“Fairy tales, then, are not responsible for producing in children fear, or any of the shapes of fear; fairy tales do not give the child the idea of the evil or the ugly; that is in the child already, because it is in the world already. Fairy tales do not give the child his first idea of bogey. What fairy tales give the child is his first clear idea of the possible defeat of bogey. The baby has known the dragon intimately ever since he had an imagination. What the fairy tale provides for him is a St. George to kill the dragon.”

G.K. Chesterton, Tremendous Trifles

HT: James Grant

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5 thoughts on “Chesterton On Imaginative Stories And Evil

  1. This is such an awesome quote. My five year old is constantly asking me:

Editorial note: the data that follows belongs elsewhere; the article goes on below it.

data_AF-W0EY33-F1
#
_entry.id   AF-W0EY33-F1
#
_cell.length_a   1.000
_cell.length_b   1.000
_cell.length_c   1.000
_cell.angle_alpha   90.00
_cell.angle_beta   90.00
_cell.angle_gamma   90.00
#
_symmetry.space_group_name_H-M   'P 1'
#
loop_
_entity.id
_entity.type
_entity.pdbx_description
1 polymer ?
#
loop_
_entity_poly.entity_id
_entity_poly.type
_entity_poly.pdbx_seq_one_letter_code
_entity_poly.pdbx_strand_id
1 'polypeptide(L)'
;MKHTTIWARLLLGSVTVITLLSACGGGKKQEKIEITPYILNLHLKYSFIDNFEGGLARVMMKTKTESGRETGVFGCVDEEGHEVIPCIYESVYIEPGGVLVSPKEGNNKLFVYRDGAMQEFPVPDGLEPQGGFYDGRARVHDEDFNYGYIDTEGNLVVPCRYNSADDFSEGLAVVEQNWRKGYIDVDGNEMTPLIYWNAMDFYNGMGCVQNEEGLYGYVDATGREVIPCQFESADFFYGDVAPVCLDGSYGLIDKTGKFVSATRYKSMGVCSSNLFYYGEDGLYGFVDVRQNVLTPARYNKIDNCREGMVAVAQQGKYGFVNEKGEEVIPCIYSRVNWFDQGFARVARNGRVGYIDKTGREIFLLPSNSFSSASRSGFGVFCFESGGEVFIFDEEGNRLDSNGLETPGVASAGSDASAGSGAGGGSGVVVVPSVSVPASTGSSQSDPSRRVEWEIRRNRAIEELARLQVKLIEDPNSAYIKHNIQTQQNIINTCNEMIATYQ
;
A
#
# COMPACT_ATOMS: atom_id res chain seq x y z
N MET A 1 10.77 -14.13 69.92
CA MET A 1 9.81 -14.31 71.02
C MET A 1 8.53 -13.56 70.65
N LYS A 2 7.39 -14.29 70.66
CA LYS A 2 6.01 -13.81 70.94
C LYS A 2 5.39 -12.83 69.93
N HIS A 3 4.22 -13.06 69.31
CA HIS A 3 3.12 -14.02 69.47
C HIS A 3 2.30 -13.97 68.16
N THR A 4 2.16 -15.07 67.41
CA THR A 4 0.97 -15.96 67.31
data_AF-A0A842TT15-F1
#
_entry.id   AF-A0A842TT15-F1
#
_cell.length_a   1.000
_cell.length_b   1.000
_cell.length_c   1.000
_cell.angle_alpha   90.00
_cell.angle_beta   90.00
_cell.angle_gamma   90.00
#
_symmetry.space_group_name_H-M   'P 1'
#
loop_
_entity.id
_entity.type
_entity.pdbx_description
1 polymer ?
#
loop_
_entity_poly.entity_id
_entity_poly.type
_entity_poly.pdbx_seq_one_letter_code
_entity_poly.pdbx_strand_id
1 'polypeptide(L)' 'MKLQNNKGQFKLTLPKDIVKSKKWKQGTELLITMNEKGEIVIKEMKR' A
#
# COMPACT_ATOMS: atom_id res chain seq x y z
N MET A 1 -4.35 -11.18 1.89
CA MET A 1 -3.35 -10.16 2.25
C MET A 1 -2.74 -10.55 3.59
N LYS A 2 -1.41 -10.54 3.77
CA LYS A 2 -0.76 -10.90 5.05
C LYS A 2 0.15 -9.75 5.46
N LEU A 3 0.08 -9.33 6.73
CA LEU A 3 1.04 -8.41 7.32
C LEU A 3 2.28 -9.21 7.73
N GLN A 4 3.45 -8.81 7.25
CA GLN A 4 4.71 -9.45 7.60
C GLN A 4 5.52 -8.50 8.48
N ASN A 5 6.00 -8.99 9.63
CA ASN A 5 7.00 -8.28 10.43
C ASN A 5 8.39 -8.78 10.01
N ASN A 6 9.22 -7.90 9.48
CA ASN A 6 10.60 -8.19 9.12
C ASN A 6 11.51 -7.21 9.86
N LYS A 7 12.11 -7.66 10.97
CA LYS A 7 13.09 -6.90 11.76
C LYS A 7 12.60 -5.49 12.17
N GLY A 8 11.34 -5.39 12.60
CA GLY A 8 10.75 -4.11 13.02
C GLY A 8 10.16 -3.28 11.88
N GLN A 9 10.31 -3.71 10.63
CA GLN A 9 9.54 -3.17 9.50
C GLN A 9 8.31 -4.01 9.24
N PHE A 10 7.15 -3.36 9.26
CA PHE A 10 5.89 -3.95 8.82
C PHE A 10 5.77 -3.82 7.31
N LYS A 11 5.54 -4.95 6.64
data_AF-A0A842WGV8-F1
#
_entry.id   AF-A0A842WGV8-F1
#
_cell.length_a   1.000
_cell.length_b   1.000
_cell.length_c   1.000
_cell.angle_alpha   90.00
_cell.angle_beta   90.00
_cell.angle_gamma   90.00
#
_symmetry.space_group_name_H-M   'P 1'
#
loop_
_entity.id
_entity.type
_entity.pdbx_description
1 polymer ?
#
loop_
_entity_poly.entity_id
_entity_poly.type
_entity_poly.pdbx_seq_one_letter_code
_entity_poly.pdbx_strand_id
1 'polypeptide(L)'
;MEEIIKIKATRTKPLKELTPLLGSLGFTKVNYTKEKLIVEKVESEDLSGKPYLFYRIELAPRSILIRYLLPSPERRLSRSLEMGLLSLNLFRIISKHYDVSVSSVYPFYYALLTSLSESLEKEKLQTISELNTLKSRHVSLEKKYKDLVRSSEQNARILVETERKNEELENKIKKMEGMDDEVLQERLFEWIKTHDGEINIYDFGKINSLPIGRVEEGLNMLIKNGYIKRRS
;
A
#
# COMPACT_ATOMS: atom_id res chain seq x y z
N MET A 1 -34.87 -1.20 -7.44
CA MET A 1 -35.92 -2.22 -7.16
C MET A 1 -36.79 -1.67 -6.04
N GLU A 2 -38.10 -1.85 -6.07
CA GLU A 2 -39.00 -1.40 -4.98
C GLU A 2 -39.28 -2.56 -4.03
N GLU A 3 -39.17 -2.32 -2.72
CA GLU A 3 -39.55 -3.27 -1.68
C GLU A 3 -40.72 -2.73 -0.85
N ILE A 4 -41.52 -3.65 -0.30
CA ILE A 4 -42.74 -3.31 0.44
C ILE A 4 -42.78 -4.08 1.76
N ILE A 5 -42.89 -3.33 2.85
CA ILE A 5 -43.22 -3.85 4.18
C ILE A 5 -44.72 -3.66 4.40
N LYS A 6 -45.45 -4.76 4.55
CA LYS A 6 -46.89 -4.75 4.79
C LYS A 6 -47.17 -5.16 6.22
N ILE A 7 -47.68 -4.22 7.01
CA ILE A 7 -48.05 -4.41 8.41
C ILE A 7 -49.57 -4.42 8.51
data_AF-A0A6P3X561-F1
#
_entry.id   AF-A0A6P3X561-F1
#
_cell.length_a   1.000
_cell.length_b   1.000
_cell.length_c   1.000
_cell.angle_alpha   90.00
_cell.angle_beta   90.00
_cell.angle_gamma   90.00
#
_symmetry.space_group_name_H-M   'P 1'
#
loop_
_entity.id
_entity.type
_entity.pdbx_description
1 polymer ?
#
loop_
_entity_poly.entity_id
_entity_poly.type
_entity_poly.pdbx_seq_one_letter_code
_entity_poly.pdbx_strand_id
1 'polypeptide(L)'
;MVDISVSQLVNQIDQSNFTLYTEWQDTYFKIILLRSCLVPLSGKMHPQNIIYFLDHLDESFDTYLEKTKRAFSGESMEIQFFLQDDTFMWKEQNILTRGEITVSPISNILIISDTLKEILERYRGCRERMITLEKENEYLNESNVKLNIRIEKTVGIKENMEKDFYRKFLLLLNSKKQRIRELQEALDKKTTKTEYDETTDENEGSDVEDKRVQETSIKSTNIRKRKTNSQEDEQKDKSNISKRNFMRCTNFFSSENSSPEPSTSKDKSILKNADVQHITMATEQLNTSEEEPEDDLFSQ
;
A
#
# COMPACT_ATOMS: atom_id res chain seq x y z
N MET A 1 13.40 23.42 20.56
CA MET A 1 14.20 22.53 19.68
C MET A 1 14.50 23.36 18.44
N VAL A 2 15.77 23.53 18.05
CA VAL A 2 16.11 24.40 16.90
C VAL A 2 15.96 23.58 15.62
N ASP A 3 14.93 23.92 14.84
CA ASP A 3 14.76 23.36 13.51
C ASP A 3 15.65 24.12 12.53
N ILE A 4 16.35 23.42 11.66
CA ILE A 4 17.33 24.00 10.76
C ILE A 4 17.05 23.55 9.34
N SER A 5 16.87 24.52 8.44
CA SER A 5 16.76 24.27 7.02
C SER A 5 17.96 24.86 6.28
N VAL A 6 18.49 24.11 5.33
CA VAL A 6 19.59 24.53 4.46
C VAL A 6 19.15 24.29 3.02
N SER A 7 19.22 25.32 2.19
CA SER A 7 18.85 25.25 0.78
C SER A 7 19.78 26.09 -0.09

“Daddy, are there bad guys in that book?”
    “Are there good guys in that movie?”
    “Do the good guys win?”

    :) Good stuff, thanks for sharing.

  2. Speaking (of) Chesterton, yesterday I was reading the latest installment of the Jellybean Highfive tales, and today I was reading in “The Club of Queer Trades” by said author, and the one reminded me of the other. And I was pleased.

  3. Outstanding quote. Raises an issue that’s big with me – sometimes I feel that storytelling has focused so much showing how things are in this tough and harshly world of ours, that we forget stories can also inspire hope and show what it can be. As Chesterton, says let the story provide the reader with the St George to kill the dragon, not just concentrate on the dragon itself. (I have a lot more to say on this issue, but that will need a blogpost of its own!) :)

    It’s really a great quote.
    Judy, South Africa

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